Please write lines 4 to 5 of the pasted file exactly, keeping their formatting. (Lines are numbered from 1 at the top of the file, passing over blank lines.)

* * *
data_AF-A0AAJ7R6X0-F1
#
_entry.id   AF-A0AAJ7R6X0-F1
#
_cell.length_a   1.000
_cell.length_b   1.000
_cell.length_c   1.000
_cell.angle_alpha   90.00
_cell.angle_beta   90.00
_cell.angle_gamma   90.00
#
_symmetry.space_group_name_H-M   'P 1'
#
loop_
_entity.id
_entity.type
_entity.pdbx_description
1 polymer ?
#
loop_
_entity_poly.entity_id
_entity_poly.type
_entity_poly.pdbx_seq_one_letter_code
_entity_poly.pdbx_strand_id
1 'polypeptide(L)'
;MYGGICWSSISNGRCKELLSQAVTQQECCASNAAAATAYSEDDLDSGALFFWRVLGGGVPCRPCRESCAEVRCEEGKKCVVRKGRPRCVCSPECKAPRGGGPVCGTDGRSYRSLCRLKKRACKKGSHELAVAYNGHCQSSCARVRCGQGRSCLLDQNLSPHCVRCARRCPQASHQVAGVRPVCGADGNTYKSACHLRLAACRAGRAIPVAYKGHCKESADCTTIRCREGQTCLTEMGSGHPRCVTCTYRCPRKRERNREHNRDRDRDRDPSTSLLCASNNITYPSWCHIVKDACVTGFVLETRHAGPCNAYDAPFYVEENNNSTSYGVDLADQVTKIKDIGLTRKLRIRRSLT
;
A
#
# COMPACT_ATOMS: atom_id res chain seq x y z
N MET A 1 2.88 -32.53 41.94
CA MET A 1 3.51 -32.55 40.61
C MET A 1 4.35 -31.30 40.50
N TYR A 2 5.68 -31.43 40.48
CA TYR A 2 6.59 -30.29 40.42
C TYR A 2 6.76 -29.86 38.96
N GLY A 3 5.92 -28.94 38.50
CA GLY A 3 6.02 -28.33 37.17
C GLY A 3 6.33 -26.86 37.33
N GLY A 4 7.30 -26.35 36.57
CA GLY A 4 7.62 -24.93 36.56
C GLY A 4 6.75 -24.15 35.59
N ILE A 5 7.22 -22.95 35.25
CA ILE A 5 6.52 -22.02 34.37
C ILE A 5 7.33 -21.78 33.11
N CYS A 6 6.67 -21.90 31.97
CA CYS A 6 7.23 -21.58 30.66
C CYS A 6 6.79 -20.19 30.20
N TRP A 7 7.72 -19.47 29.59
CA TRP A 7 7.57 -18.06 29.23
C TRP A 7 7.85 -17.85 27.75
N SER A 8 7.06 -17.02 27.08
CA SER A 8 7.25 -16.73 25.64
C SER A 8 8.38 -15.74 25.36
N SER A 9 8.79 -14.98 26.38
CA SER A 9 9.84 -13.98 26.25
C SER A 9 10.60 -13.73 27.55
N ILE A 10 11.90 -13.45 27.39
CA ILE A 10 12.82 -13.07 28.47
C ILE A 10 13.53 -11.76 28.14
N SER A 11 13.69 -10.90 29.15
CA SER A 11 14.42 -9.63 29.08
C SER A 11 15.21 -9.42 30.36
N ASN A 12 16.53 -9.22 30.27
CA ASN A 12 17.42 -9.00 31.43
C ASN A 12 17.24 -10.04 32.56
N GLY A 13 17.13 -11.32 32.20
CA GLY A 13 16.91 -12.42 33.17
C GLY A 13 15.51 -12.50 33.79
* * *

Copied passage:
#
_cell.length_a   1.000